Media organizations and outlets, including their officers and members, were accused as associated in the “Oust Duterte plot matrix.” The said matrix contained the alleged destabilization efforts made by the accused, and later the opposing political parties.

Radyo ni Juan, a community media network; Radyo Lumad, a community radio station in Bukidnon; and Davao Today, an online news magazine had been tagged as supporters of the Communist Party of the Philippines (CPP) and its armed wing, the New People’s Army (NPA).

Davao Today and its columnist XL Fuentes became subjects of cyber-attacks by Facebook (FB) community page Lapu-Lapu which regularly shares pro-government, anti-communist, and military-produced materials.

Journalists Froillan Gallardo of MindaNews, Pam Orias of Sunstar Cagayan de Oro, Margarita Valle of Davao Today, and Cong Corrales of Mindanao Gold Daily were also victims of red tagging and death threats.

Orias and Valle were in a graphic posted by FB page, Quiet No More PH, on July 12. It came with a caption: “Warning: Beware of these people and organizations. They are protectors of the CPP-NPA terrorists.”

While Gallardo and Corrales were red tagged in August, their names were also included in an anonymous material sent to the Cagayan de Oro Press Club office and the Cagayan de Oro City Hall accusing them as sympathizers of the Communist group.

A flyer produced by a certain Black Mamba of the “MAT-NMR Press Club Chapter” claimed that Corrales is a high ranking official of the NPA and that he has a criminal rape and murder case involving a child. A P1-million bounty for his death was also noted.

Veteran journalist Julie Alipala was also subjected to cyber-attack and death threats on social media after reporting about the death of seven young Tausugs who were killed by the military. The minors were earlier identified by the military as members of Abu Sayyaf.

Alipala’s report to last September 2018 drew negative comments from netizens such as “Magkano kaya ang binayad kay Julie Alipala? Pati teroristang Abu Sayyaf pinagtatanggol niya! Certified bayarang kolumnista!” (How much was paid to Julie Alipala? She is defending even the terrorist Abu Sayyaf! A certified paid columnist!).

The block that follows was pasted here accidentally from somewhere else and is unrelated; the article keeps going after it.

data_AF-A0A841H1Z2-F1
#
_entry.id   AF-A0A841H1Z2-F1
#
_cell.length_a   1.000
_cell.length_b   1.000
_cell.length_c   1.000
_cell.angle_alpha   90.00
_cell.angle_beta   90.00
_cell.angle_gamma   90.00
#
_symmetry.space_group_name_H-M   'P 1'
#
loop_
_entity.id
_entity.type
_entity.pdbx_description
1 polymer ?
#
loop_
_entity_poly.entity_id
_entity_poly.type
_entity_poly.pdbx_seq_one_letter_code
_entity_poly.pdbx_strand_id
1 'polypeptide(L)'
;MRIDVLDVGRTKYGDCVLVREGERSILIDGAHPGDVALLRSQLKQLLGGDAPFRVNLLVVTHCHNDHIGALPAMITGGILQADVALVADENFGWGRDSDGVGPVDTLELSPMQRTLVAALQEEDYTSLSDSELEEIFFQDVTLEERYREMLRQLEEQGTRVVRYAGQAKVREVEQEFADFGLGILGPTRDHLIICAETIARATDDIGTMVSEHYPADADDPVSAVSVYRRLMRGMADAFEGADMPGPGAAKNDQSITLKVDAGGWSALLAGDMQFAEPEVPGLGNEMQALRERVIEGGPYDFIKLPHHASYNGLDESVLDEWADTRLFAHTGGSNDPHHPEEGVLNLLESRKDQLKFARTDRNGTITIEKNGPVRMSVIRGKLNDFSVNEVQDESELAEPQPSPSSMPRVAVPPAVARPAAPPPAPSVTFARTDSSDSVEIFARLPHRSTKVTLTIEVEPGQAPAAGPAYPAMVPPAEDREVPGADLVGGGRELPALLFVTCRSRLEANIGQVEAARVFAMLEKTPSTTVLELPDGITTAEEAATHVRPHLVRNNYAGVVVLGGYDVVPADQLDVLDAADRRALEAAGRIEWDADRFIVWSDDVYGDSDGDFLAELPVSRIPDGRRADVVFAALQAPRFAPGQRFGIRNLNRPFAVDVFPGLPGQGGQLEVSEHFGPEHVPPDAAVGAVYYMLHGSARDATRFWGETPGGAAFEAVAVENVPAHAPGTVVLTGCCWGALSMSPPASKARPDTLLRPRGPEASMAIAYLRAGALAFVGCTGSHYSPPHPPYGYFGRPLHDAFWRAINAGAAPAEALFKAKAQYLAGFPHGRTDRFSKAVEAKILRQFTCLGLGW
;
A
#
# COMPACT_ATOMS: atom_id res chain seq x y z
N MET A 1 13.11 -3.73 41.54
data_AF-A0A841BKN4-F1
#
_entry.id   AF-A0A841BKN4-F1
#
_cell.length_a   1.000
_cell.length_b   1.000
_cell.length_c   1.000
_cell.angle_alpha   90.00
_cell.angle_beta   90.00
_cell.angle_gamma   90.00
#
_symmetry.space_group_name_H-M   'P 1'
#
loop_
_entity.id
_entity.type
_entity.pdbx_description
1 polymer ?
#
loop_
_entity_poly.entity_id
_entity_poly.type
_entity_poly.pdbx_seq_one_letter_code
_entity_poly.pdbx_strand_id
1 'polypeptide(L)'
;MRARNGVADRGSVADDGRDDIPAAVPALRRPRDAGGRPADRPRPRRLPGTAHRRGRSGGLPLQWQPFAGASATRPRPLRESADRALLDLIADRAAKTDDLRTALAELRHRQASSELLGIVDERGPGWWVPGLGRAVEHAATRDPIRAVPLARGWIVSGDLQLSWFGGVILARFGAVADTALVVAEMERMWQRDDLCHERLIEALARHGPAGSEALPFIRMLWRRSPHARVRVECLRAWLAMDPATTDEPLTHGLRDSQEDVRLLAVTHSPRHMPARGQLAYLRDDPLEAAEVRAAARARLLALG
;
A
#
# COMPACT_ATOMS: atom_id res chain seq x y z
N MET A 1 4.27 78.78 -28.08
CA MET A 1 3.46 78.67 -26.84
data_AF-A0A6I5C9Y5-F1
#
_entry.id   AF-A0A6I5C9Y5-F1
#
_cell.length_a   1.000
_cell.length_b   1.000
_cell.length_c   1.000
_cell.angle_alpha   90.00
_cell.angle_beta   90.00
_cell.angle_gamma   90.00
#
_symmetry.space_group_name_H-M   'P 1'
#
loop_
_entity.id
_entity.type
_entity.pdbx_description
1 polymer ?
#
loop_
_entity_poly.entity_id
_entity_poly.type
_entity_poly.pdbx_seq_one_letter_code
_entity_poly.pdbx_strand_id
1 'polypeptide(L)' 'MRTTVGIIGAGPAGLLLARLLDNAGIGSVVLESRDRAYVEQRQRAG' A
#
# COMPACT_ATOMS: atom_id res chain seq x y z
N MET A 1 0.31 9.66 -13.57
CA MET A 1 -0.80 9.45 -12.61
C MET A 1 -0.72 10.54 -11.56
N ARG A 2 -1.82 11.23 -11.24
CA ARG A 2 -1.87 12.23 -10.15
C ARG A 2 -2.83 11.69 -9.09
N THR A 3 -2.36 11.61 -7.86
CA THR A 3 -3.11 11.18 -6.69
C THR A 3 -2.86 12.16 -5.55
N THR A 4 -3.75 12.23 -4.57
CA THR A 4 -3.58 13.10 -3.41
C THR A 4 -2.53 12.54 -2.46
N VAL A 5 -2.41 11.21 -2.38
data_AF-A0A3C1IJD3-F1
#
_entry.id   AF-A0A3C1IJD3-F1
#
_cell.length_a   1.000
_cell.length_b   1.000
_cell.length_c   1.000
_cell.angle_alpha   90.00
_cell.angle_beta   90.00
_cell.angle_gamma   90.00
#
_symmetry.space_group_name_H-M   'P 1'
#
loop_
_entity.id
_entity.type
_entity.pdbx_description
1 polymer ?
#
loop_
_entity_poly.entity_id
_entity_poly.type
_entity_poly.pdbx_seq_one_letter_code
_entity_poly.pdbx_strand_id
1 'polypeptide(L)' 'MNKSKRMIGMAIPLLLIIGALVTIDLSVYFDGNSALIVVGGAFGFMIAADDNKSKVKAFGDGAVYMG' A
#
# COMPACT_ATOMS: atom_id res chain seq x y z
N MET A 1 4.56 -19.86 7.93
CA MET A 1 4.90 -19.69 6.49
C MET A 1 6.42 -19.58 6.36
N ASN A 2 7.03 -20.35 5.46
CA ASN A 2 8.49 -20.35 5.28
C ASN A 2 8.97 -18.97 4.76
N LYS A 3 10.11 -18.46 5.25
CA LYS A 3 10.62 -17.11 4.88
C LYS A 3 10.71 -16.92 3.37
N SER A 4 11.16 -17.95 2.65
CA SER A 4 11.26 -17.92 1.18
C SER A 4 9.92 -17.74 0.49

Last June, operatives of the Criminal Investigation and Detection Group in Region 9 illegally arrested Valle while waiting for her flight home to Davao City.

Valle was arrested by virtue of an arrest warrant issued in Misamis Occidental by Judge Bernadette Paredes-Encinarea against “Elsa Renton/Tina Maglaya” and later on included the name of Fidelina Margarita Valle y Avellanosa.”

She was charged for alleged “multiple murder with quadruple frustrated murder and damage to government property with no bail recommended” as well as arson issued by Judge Aniceto Galon Jr. of Pagadian City on September 4, 2006 with bail recommended at 24,000 pesos.

The PNP said Valle has a “huge resemblance” with the wanted person said to be a high-ranking NPA in Western Mindanao identified by their witness. Later, the police apologized for the case of “mistaken identity.”

Davao Today columnist Margarita Valle. (Photo courtesy of Kodao Productions)

Valle had to brave six hours of no communication to her family and workmates, preventing her to see the arrest warrant and seek legal counsel on her situation as she is illegally detained in Pagadian City.

NUJP questioned and condemned the abduction of Valle saying, “this is the equivalent of “shoot now, ask questions later.”

Valle sued PNP Chief Gen. Oscar Albayalde, PNP Spokesperson PCol. Bernard Banac, BGen. Jacinto Bareng of the 1st Infantry Division of the Philippine Army and 13 other operatives for kidnapping, serious illegal detention, violations of the Anti-Torture Action, among others at the Office of the Ombudsman. (